How to Warm-Up

A warm-up reduces the chance of injury and boosts performance, preparing your body and allowing you to practice form. The perfect warm-up depends on the trainee though. No matter how involved, it should never interfere with the workout by feeling too exhausting.

A warm-up has two stages:

  • General
  • Specific

General Warm-Up

It is obvious that a certain amount of time is required for a muscle to prepare itself for intense exertion – without which preparation, damage may result; secondly, it is also obvious that a muscle so prepared is then capable of working at greater intensity.

 – Arthur Jones

Any activity that uses lots of muscle and movement with enough time will give you a general warm-up. It should feel easy but have you sweat a bit. This makes brisk walking the best option and needs to last only 3-10 minutes.

A general warm-up increases your temperature, heart rate, and blood flow to allow the body to work at its best. The same effect does not result from a warm environment or with heat from other sources.

If possible though, still exercise in an environment that provides enough warmth. Consider extending the warm-up if exercising in colder temperatures.

Specific Warm-Up

A “cold” muscle is literally incapable of working within its existing level of reserve strength – and unless an imposed workload is heavy enough to force the involved muscles to work well inside their momentarily existing reserve levels of strength, then very little in the way of results will be produced.

– Arthur Jones

Practice prepares both the body and mind. Performing the exact movements with good form and less intensity can provide both a specific and general warm-up. This specific warm-up may achieve both goals so you could remove the general warm-up but you need to determine this for yourself.

For cardio such as intervals, the general warm-up should work well enough.

For lifting, I suggest a specific warm-up after the general. Begin with a lighter set or two before one tough setI recommend no more than 2 warm-up sets per exercise. Very strong trainees may require more if dealing with the very low reps on their heaviest set, such as 3 or less, which I suggest against.

With lower reps, such as 4-6, two warm-up sets may feel necessary for some to prepare the body for the intense effort early in the set. Sets with higher reps, such as 12 or more, may not even need warm-up sets. In these cases, the earlier reps prepare the body for the intense effort later in the set. You still may want one easy set for the practice though.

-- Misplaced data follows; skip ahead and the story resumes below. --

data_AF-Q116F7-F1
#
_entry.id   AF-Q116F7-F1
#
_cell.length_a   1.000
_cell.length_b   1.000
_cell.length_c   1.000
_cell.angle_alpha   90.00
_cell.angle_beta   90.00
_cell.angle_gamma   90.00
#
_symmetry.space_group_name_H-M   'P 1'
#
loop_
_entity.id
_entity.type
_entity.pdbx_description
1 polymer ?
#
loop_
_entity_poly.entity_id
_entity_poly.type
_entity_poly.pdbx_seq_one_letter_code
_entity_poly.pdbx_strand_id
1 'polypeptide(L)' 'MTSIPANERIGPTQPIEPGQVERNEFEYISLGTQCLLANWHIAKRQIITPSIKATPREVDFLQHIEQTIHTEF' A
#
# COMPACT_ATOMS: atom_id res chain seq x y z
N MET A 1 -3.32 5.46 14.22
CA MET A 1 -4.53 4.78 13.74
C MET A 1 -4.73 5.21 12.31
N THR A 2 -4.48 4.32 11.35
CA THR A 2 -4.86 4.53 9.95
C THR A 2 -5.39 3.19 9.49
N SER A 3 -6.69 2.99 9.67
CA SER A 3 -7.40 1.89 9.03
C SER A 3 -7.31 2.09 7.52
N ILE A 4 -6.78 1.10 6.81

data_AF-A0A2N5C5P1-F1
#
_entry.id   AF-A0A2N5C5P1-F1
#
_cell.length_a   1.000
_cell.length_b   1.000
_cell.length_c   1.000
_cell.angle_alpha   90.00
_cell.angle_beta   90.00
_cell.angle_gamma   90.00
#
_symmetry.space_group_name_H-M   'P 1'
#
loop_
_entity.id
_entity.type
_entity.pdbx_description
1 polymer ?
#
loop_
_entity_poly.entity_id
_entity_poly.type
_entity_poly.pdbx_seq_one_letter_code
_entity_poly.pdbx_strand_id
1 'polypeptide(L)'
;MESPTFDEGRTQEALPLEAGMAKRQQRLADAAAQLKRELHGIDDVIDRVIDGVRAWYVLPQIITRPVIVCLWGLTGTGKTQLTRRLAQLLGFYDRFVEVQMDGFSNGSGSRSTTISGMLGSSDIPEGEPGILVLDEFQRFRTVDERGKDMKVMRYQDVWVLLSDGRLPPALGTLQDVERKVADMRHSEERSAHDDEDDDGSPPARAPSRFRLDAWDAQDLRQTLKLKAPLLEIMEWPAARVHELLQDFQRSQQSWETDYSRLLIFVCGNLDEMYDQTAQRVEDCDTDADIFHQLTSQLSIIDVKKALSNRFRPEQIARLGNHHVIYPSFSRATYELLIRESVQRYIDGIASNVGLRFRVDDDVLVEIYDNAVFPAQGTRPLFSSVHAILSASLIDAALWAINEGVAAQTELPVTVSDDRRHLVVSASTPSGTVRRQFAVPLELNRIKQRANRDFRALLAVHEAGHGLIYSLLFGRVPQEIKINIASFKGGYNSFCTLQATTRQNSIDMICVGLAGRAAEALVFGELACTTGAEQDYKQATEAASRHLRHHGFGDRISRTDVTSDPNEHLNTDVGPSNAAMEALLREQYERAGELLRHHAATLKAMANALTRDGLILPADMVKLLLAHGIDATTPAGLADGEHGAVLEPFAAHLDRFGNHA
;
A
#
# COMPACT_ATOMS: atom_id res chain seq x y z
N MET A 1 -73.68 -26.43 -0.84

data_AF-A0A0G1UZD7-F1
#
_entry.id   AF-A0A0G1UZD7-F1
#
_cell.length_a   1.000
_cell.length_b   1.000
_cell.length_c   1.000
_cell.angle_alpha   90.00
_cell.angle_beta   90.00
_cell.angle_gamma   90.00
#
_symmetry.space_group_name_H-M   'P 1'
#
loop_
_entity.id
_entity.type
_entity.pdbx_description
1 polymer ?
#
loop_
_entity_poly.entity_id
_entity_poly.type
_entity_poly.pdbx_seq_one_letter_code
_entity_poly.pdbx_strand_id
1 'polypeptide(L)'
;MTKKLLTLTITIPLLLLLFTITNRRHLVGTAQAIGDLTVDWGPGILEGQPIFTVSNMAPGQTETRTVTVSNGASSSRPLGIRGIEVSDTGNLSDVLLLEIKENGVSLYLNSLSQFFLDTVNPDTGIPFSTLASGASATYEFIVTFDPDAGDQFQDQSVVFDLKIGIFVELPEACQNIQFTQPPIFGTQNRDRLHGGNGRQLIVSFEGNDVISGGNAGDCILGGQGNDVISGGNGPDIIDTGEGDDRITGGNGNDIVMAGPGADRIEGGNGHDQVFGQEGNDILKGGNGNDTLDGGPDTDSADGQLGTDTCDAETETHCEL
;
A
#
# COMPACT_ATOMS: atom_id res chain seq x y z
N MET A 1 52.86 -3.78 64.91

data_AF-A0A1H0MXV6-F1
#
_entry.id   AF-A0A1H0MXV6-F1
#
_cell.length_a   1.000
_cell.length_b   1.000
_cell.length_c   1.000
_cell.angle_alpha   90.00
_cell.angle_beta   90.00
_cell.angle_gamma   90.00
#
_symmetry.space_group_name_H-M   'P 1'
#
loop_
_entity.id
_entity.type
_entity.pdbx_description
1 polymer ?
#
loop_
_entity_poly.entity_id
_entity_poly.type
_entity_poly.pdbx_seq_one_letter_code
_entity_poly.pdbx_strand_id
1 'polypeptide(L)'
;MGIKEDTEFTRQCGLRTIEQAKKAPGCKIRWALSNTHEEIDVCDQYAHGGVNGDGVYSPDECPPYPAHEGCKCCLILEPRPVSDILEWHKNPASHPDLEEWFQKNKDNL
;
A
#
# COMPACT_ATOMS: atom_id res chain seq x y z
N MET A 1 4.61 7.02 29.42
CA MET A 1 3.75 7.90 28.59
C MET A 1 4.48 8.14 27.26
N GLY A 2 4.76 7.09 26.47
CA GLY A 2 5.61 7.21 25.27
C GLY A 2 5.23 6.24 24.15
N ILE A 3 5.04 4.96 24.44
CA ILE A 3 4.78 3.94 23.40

For a set of 5, the following system may work. The first set uses 40-60% of the weight used for the working set. The second set, if needed, uses 60-80% of the weight used for the working set. You may need to bump up the weight a bit for each set for the lower body, since percentages sometimes result too low of a weight as you grow stronger. This second set is usually heavier to prepare you for the challenge ahead. For both of these sets, you could use 3 reps to limit fatigue or use 5 reps if you benefit from auto-suggestion or more of a warm-up.

Designing a specific warm-up relies on trial and error and you should tinker this base as you see fit.


Consider using a progress log and reviewing it after the warm-up. It eliminates relying on memory, which is important if the equipment you use has specific settings for safety. Consider creating a cue sheet to remind you of your tips for good form as well.

Consider a complete stretching program after your warm-up. Keep in mind that flexibility requires a balance. Develop it neither too much nor too little to protect the joints.

Some experts advocate explosive movements for warming up. These may involve bodyweight drills or kettlebell exercises that aim to ready the nervous system for the workout. These instead may invite harm and can exhaust you before the workout even begins.

Include a Warm-Up

Some believe a warm-up serves little purpose. In a less sedentary society, perhaps our daily activity kept us warmed up enough. We could spring into activity on a moment’s notice. How things ought to be has no bearing on how things are though. A warm-up has plenty of support and science proving its value.

Remember these rules:

  • Consider a 3-10 minute general warm-up with walking.
  • Include a specific warm-up of 1-2 lighter sets for lifting.
  • Use either the same number of reps as the working set or less.
  • Use between 40-80% of your working set weight for these sets.
  • A warm-up should enhance your performance and never detract from it.

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